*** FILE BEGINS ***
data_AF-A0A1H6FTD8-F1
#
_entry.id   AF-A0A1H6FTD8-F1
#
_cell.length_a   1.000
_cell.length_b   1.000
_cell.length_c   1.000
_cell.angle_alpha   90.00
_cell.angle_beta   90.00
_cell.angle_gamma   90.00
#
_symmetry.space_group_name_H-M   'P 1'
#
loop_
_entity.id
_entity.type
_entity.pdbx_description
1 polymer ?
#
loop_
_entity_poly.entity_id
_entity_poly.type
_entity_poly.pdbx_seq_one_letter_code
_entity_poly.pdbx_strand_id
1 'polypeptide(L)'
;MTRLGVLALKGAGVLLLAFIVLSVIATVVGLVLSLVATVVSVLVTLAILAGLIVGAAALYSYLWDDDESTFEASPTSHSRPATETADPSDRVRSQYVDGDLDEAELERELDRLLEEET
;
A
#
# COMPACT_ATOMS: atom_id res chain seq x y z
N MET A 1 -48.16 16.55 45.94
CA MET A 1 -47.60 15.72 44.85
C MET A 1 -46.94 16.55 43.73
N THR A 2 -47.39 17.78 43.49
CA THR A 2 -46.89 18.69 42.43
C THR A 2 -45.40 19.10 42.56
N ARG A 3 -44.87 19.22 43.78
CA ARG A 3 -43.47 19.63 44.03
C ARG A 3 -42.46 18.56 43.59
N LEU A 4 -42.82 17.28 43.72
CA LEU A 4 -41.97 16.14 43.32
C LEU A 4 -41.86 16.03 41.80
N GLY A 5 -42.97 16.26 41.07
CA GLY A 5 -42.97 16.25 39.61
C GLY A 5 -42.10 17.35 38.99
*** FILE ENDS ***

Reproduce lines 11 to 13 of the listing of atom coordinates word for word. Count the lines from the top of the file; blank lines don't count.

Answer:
#
_symmetry.space_group_name_H-M   'P 1'
#